EVERYONE feels this way at 19. I felt the same way about my boyfriend when I was 19, and I KNEW we were in love forever, plus we already lived together, we had jobs, I was in college and I knew what I was doing, etc etc etc. We could have gotten married, probably would have had a nice wedding too, but we never did because I wanted to wait til I finished college. The relationship lasted 3 years, but we are broken up now. We both changed a lot between 19 and 20, which is when we broke up (a month before my 21st borthday, we had been together since senior year of high school, both 18) and it was an ugly breakup. I kicked him out of our apartment, fighting over who owed who for money for things we bought together, who got to keep gifts from eachother’s families, etc. If I had married him it would have been an ugly divorce. I am IMMENSELY glad I didn’t marry him, but I can tell you for sure I wouldn’t have said that when I was 19. 

Again, if you love him so much now, what will change in a few years, other than being legally able to drink at your own wedding? It’s just a wedding, not the end of the world. You have time. You have your whole lives ahead of you, so make sure that you are making a decision you won’t regret because you rushed into it.

Just my .02. 

Post # 58
Member
556 posts
Busy bee
  • Wedding: City, State

I got married last year, at age 20. My husband was 24, so I married young, he really didn’t marry all that young. As for maturity, we are both at the same maturity level, which works great for us because we are both very responsible, pensive people. He holds a very successful position in his career currently, while I am in uni to become a lawyer. When we got engaged and married though, we were struggling financially, and it wasn’t until after we were married that we took off financially. This, right there, is something you need to be concerned about. We had so many issues over finances. After all, money makes the world go round! If you know yourself and you know your SO, you will know whether or not daily little struggles will affect your love. As for the other experiences, my dad wanted the exact same thing for me. All I have to say to that is yuck. Why go through more heartbreak than necessary?? I am the type of girl who falls in love with an SO quite easily, so I know I would have had a lot of heartbreak if I’d dated around.

That being said, marriage should not, and does not (in a healthy marriage) take away any of your individuality!!! Getting married shouldn’t be looked at as taking away your adventures and your fun. It is simply adding another person to share things with, if you want. You don’t have to take your husband to Europe with you if you don’t want to!!! Seriously, you will not be signing over permission to chain you to the house with a vacuum in one hand and a mop in the other. I lost 0 opportunities when I got married. In fact, because of my husband’s current job, I gained heaps of chances to travel the world! I never would have had those chances if I had dated around. Just my $0.02…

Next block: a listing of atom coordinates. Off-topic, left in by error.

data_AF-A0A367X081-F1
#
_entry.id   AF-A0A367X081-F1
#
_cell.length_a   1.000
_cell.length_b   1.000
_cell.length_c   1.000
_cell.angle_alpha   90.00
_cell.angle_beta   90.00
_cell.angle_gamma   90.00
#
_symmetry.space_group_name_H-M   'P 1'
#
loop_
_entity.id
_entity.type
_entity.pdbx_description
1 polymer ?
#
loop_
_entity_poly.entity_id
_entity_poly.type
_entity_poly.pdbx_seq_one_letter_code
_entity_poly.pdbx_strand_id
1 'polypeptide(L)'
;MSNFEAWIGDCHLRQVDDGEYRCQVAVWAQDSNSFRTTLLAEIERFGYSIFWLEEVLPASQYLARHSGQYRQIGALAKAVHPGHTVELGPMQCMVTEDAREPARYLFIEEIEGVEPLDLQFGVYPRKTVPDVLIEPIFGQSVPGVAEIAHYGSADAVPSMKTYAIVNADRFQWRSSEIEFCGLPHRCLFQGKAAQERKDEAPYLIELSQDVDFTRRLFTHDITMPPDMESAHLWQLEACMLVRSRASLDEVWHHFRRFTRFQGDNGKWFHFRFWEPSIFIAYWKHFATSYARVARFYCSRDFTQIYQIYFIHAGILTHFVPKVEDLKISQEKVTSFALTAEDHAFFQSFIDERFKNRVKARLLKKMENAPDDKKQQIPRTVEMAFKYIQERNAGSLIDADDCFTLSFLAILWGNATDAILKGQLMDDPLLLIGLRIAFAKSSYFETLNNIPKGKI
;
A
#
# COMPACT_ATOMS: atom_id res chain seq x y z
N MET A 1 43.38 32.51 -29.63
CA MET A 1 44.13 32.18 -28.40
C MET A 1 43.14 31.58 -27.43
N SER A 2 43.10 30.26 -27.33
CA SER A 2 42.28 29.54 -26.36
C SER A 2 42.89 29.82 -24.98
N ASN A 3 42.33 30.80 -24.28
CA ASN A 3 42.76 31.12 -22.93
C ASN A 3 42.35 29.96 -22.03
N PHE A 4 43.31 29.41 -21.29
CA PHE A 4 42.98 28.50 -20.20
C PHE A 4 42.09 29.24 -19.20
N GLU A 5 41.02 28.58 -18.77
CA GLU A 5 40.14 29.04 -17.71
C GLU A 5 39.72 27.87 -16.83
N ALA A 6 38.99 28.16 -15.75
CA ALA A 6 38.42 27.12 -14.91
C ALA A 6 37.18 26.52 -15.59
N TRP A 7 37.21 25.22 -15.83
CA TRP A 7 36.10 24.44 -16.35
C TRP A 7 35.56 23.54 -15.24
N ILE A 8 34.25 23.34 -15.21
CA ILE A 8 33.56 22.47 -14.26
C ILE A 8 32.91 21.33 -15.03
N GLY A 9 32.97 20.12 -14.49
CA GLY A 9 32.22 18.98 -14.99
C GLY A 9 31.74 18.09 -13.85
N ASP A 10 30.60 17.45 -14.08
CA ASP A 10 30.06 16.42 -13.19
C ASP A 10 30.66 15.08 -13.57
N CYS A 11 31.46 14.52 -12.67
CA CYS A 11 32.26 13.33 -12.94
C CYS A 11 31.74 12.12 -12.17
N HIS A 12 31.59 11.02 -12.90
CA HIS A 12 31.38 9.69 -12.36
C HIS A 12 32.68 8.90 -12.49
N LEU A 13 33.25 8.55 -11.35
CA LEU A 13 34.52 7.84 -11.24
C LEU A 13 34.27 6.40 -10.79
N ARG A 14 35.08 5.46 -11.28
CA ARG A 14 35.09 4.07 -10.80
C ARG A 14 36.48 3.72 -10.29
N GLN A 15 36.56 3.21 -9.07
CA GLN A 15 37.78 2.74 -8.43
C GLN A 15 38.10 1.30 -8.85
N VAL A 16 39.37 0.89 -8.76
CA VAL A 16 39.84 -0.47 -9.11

Post # 59
Member
74 posts
Worker bee

anastasia1234:  I got married exactly one month before my 20th birthday. Getting married young has been a great experience for me overall. No matter how old you are, marriage will always be difficult. Everything isn’t always butterflies and rainbows. That being said, I think that your maturity level should be a major deciding factor in this decision. No one wants to be told that they are immature or think that of themselves (and I am not saying you are immature) but it’s SO important to evaluate your maturity level honestly. My husband and I went through some really tough times (for example, he was diagnosed with cancer only a couple of months after we got engaged) but I think that those tough times helped us both see ourselves in the raw way that devastating times can bring out in people. We were able to handle those situations and learned a lot from them. I think that marriage at a young age is more difficult because you haven’t yet been exposed to these very hard times and may not have developed the maturity to overcome them. Of course, that’s not true for everyone and I bet you guys have had your fair share of hard times in all your years together. The point is, you just really need to be prepared to face these things with maturity because they may take a huge toll on the marriage. 

Also, I completely understand not wanting to “test the waters” but I encourage you to not be completely closed off to the idea. I didn’t date much before my husband but I had two other pretty serious relationships that helped me more clearly see that my husband is ‘the one’. I would probably always wonder what else is out there if I didn’t at least have these other experiences.

ALSO (lol) just wanted to say that getting married young does not mean you cannot ‘find yourself’ or enjoy your 20s. I absoluetly love the fact that my husband and I get to grow up together and build all we have together. I love having amazing memories that are even better because he’s in them. I love that, because we’re young, we have more flexibility in our life. Just because we’re married doesn’t mean we can’t do things other 20 year old singles do. We actully just got back from a 3 month trip of teaching English is Thailand. Gettng married isn’t the end of your freedom or fun, like some people might tell you. 

Anyway, sorry for the long post! I just hope this helps a little. ๐Ÿ™‚ Good luck!